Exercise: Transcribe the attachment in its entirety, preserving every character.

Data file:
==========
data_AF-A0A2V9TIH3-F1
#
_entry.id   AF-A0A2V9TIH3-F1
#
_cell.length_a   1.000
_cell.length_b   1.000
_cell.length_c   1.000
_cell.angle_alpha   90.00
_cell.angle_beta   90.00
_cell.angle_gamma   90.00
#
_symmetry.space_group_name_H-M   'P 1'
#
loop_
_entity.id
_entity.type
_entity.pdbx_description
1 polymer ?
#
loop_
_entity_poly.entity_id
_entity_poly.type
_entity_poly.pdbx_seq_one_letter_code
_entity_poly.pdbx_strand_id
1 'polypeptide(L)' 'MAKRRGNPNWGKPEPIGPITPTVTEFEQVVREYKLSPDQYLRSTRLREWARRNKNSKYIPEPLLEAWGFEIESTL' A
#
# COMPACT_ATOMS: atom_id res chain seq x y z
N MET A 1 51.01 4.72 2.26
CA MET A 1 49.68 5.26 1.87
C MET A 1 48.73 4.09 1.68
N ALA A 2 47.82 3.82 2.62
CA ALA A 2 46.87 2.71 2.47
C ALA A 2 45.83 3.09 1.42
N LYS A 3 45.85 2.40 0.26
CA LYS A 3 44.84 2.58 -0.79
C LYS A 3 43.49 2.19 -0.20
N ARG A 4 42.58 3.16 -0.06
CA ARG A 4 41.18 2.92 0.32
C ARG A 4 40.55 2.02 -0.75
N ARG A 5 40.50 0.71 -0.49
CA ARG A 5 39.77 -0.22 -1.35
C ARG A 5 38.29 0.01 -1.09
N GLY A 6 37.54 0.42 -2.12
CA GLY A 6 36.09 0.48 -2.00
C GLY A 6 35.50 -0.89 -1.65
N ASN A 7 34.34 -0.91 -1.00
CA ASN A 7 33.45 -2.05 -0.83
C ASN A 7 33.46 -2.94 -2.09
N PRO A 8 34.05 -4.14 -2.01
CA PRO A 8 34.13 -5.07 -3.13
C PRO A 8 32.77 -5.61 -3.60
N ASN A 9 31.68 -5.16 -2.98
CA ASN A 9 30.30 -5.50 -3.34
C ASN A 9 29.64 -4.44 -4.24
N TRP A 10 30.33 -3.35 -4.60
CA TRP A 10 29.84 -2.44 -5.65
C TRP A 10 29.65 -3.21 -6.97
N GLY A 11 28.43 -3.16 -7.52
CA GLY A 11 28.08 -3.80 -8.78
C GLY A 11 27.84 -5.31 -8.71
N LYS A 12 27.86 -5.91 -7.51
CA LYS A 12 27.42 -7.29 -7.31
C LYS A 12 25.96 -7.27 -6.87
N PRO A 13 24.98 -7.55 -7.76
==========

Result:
data_AF-A0A2V9TIH3-F1
#
_entry.id   AF-A0A2V9TIH3-F1
#
_cell.length_a   1.000
_cell.length_b   1.000
_cell.length_c   1.000
_cell.angle_alpha   90.00
_cell.angle_beta   90.00
_cell.angle_gamma   90.00
#
_symmetry.space_group_name_H-M   'P 1'
#
loop_
_entity.id
_entity.type
_entity.pdbx_description
1 polymer ?
#
loop_
_entity_poly.entity_id
_entity_poly.type
_entity_poly.pdbx_seq_one_letter_code
_entity_poly.pdbx_strand_id
1 'polypeptide(L)' 'MAKRRGNPNWGKPEPIGPITPTVTEFEQVVREYKLSPDQYLRSTRLREWARRNKNSKYIPEPLLEAWGFEIESTL' A
#
# COMPACT_ATOMS: atom_id res chain seq x y z
N MET A 1 51.01 4.72 2.26
CA MET A 1 49.68 5.26 1.87
C MET A 1 48.73 4.09 1.68
N ALA A 2 47.82 3.82 2.62
CA ALA A 2 46.87 2.71 2.47
C ALA A 2 45.83 3.09 1.42
N LYS A 3 45.85 2.40 0.26
CA LYS A 3 44.84 2.58 -0.79
C LYS A 3 43.49 2.19 -0.20
N ARG A 4 42.58 3.16 -0.06
CA ARG A 4 41.18 2.92 0.32
C ARG A 4 40.55 2.02 -0.75
N ARG A 5 40.50 0.71 -0.49
CA ARG A 5 39.77 -0.22 -1.35
C ARG A 5 38.29 0.01 -1.09
N GLY A 6 37.54 0.42 -2.12
CA GLY A 6 36.09 0.48 -2.00
C GLY A 6 35.50 -0.89 -1.65
N ASN A 7 34.34 -0.91 -1.00
CA ASN A 7 33.45 -2.05 -0.83
C ASN A 7 33.46 -2.94 -2.09
N PRO A 8 34.05 -4.14 -2.01
CA PRO A 8 34.13 -5.07 -3.13
C PRO A 8 32.77 -5.61 -3.60
N ASN A 9 31.68 -5.16 -2.98
CA ASN A 9 30.30 -5.50 -3.34
C ASN A 9 29.64 -4.44 -4.24
N TRP A 10 30.33 -3.35 -4.60
CA TRP A 10 29.84 -2.44 -5.65
C TRP A 10 29.65 -3.21 -6.97
N GLY A 11 28.43 -3.16 -7.52
CA GLY A 11 28.08 -3.80 -8.78
C GLY A 11 27.84 -5.31 -8.71
N LYS A 12 27.86 -5.91 -7.51
CA LYS A 12 27.42 -7.29 -7.31
C LYS A 12 25.96 -7.27 -6.87
N PRO A 13 24.98 -7.55 -7.76